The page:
Lab Magazine

Blake Hyland is an Australian-born, Canadian-based fashion designer. He has worked for labels Red Flag Design and Mono – the brainchild of Heather Martin, who interviews him here – and is known for his eclectic fabric choices and glamorous grunge approach to menswear. Hyland was a winner of the Samsung Infinite Possibilities contest and received a Designer Spotlight shoot with The Lab Magazine as part of his prize. 

HEATHER MARTIN—You up and left Vancouver for Toronto – what’s happening out east for you? Are you enjoying the change of scene? Feeling inspired? 

BLAKE HYLAND—Yeah, I did! It’s been crazy and really busy since the moment I arrived. I’m very much feeling like I made the right choice. It’s weird; I’ve been getting all these signs along the way, almost a reassurance that my decision was the right one. I’ve been loving the pace of it here and just the bigger city life in general. Feeling that pulse has for sure been it’s own source of inspiration.

HM—You are a well-travelled man… What does changing the view do for you? Have you found the right place and, if not, will you ever know when you do?

BH—Yes, that’s true. I was actually calculating that the other day and realized this move to Toronto has been the twenty-third time I’ve moved in my life. A change for me is always necessary. I don’t know if that’s something that is instilled in me now or if it’s something I require to function properly. I know that too much of an ordinary or mundane way of living drastically affects me, usually for the worst.

I’m not sure if I will ever find the right place. I hope I will! I know I haven’t found it just yet. Maybe I’m afraid of finding it. I just look at it like this – every time I’ve moved its been for a purpose: weather, work, or personal related. I see it as any natural progression, one you can learn, develop, experience, and grow from.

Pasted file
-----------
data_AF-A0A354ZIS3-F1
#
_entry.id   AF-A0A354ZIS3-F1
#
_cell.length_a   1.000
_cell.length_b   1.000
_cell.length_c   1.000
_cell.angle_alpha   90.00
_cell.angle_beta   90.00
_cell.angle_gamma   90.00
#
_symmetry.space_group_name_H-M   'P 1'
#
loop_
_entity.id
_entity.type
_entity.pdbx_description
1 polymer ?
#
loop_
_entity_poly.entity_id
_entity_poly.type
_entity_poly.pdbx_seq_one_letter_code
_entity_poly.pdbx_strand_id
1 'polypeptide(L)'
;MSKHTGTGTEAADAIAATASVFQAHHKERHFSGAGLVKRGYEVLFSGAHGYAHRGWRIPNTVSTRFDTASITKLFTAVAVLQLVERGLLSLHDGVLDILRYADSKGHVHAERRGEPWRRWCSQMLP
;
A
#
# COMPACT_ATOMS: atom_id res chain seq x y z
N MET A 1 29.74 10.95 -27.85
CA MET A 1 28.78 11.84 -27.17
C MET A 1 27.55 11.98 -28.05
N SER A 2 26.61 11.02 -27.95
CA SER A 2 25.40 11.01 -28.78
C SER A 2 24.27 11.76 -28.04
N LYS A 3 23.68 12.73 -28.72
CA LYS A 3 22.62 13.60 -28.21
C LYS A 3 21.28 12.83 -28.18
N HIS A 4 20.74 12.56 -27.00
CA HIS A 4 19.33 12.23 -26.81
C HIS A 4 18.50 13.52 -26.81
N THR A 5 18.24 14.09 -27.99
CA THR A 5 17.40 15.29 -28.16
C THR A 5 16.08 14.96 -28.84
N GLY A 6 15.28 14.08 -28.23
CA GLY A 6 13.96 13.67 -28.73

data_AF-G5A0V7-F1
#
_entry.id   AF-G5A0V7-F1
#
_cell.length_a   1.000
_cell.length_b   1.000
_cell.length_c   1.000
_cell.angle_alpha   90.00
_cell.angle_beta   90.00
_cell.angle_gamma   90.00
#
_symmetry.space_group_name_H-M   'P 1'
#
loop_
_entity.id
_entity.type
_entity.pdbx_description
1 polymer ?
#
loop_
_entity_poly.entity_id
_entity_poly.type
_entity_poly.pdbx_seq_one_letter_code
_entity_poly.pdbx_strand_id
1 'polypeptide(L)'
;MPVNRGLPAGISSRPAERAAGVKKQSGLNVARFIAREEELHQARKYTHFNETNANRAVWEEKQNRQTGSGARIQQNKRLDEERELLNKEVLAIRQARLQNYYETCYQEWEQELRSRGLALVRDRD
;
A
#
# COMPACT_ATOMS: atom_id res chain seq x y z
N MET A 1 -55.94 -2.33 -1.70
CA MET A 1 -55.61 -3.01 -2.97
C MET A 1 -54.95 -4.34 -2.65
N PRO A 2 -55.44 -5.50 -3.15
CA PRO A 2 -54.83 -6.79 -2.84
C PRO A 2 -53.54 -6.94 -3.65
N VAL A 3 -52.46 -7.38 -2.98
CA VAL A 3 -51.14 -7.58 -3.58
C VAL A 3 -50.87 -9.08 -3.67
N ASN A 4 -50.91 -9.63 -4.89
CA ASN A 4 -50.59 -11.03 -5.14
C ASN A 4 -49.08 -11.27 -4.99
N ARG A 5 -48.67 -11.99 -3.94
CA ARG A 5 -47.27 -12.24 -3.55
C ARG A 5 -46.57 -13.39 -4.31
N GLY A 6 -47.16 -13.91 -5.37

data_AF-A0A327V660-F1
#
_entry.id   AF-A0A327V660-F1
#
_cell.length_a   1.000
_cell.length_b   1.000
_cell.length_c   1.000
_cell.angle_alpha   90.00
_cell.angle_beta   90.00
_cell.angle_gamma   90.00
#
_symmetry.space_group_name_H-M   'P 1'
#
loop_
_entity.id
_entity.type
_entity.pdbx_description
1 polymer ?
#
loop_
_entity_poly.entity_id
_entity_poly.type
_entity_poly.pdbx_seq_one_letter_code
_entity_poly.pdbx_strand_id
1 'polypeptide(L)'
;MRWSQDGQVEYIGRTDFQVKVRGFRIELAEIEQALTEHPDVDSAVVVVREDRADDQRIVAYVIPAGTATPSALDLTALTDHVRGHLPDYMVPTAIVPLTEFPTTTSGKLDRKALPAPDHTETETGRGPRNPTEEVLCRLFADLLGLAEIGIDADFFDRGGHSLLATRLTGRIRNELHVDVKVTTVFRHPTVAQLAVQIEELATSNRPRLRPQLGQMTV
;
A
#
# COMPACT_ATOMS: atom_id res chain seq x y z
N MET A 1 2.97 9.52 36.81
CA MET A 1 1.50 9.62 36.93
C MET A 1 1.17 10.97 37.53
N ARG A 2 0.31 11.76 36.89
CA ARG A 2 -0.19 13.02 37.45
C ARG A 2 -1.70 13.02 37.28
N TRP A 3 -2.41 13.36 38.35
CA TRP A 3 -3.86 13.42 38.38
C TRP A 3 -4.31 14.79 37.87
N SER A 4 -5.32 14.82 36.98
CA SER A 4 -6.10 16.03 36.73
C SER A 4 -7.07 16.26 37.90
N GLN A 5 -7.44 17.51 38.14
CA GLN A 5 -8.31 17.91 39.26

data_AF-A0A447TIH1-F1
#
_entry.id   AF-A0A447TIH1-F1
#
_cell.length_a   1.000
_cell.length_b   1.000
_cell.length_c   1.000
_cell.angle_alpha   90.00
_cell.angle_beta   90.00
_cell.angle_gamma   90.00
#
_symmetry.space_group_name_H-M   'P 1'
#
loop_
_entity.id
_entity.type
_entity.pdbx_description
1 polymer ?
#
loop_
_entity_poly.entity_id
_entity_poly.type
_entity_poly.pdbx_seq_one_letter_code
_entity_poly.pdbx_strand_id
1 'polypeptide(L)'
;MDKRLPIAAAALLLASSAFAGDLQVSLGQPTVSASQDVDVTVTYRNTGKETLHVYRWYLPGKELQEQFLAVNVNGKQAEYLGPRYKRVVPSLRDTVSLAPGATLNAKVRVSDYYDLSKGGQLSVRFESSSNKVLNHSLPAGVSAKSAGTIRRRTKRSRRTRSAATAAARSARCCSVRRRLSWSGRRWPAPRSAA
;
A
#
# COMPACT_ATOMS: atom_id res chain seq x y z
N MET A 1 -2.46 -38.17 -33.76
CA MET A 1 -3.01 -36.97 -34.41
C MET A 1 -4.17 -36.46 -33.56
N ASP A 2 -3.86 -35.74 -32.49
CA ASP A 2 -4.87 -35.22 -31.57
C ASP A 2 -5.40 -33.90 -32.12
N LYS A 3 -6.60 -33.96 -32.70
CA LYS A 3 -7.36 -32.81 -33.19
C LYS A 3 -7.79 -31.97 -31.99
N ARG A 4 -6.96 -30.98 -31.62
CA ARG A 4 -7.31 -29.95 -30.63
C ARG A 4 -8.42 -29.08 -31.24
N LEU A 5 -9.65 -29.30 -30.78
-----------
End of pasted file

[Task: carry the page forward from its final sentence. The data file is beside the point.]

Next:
HM—Tell us about the place you’re from – the Gold Coast, Australia. What do you love about home? And why couldn’t you wait to leave?

BH—Haha! Well, the Gold Coast is quite the place. One where I could never live again, but appreciate it for what it is. It was a nice place to grow up. Surfing, causing mischief with friends – being a beach bum was one of my favorite past times. How things change! For sure I miss elements of home – obviously family and friends – it’s tough being so far away sometimes – Australian humor and sarcasm, the natural beauty of the place, ocean, and the food!

I couldn’t wait to leave based mostly on the fact that I thought it couldn’t cater for me so well or the career I wanted to pursue. It’s a tough place to grow up and people can be pretty harsh out there, especially if you want to be a male fashion designer. The mentality of people drove me a little crazy at times, and if you stray to far from the pack they can come down on you pretty hard. It’s a pretty remote country and very much its own, I needed to get out and experience what else was out there. Once I did, there was no going back!

HM—Where and when did your design history begin and where do you see it going from here on in?

BH—Well, it began officially in 2010 with my first collection, which I did at school then later showed publicly at fashion week. I received a good response from it and it reassured me I was doing something right. So I decided to continue producing more work. I also worked and gained experience with other designers, like yourself and Red Flag Design, which later helped further develop my skills to start my second collection, REVOLT, in 2012.

As far as the future is concerned, my next collection will be a mix of both men’s and women’s clothing. I had a great response from the last two collections by women in particular, so it makes sense for me to listen to that and hopefully create them something that they love. My main goal is to keep growing and strengthening my collections and eventually be able to produce a product that will be accessible to a larger audience.

HM—What are you thinking about when you are designing? What are you trying to solve? What concerns you? And how do you resolve those ideas or concerns?

BH—Firstly, I’m thinking about how to stay honest and true to what I’m trying to exemplify – really trying to push boundaries of clothing almost to the point where they could be questionable. Exploring. I want my clothing to instill something a little more meaningful than just a garment that can be worn; I want it to be thought about, interpreted, understood.